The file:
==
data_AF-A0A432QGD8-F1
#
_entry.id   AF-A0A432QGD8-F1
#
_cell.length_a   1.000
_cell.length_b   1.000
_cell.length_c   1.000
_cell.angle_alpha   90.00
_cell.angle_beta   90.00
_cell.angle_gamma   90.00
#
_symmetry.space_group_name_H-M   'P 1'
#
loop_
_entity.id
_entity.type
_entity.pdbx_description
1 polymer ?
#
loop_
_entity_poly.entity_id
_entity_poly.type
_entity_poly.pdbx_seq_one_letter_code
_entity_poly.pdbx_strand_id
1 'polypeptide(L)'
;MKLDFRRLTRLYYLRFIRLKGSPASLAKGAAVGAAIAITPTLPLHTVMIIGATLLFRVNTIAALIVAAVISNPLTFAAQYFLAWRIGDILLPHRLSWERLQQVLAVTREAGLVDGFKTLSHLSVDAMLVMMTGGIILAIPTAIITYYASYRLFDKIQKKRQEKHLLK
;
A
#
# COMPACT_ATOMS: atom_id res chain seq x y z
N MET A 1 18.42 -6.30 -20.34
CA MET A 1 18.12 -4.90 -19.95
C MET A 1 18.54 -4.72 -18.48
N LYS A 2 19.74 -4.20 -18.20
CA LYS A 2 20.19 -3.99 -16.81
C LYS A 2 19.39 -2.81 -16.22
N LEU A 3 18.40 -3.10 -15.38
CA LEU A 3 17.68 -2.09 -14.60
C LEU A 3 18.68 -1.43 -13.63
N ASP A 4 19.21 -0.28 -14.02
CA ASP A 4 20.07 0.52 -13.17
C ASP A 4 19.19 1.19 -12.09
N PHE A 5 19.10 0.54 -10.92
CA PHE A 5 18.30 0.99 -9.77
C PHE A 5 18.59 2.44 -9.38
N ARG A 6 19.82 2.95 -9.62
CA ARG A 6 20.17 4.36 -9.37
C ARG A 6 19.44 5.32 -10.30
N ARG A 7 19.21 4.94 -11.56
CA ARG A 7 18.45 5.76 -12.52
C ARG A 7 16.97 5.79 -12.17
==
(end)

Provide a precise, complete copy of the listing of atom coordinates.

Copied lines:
data_AF-A0A432QGD8-F1
#
_entry.id   AF-A0A432QGD8-F1
#
_cell.length_a   1.000
_cell.length_b   1.000
_cell.length_c   1.000
_cell.angle_alpha   90.00
_cell.angle_beta   90.00
_cell.angle_gamma   90.00
#
_symmetry.space_group_name_H-M   'P 1'
#
loop_
_entity.id
_entity.type
_entity.pdbx_description
1 polymer ?
#
loop_
_entity_poly.entity_id
_entity_poly.type
_entity_poly.pdbx_seq_one_letter_code
_entity_poly.pdbx_strand_id
1 'polypeptide(L)'
;MKLDFRRLTRLYYLRFIRLKGSPASLAKGAAVGAAIAITPTLPLHTVMIIGATLLFRVNTIAALIVAAVISNPLTFAAQYFLAWRIGDILLPHRLSWERLQQVLAVTREAGLVDGFKTLSHLSVDAMLVMMTGGIILAIPTAIITYYASYRLFDKIQKKRQEKHLLK
;
A
#
# COMPACT_ATOMS: atom_id res chain seq x y z
N MET A 1 18.42 -6.30 -20.34
CA MET A 1 18.12 -4.90 -19.95
C MET A 1 18.54 -4.72 -18.48
N LYS A 2 19.74 -4.20 -18.20
CA LYS A 2 20.19 -3.99 -16.81
C LYS A 2 19.39 -2.81 -16.22
N LEU A 3 18.40 -3.10 -15.38
CA LEU A 3 17.68 -2.09 -14.60
C LEU A 3 18.68 -1.43 -13.63
N ASP A 4 19.21 -0.28 -14.02
CA ASP A 4 20.07 0.52 -13.17
C ASP A 4 19.19 1.19 -12.09
N PHE A 5 19.10 0.54 -10.92
CA PHE A 5 18.30 0.99 -9.77
C PHE A 5 18.59 2.44 -9.38
N ARG A 6 19.82 2.95 -9.62
CA ARG A 6 20.17 4.36 -9.37
C ARG A 6 19.44 5.32 -10.30
N ARG A 7 19.21 4.94 -11.56
CA ARG A 7 18.45 5.76 -12.52
C ARG A 7 16.97 5.79 -12.17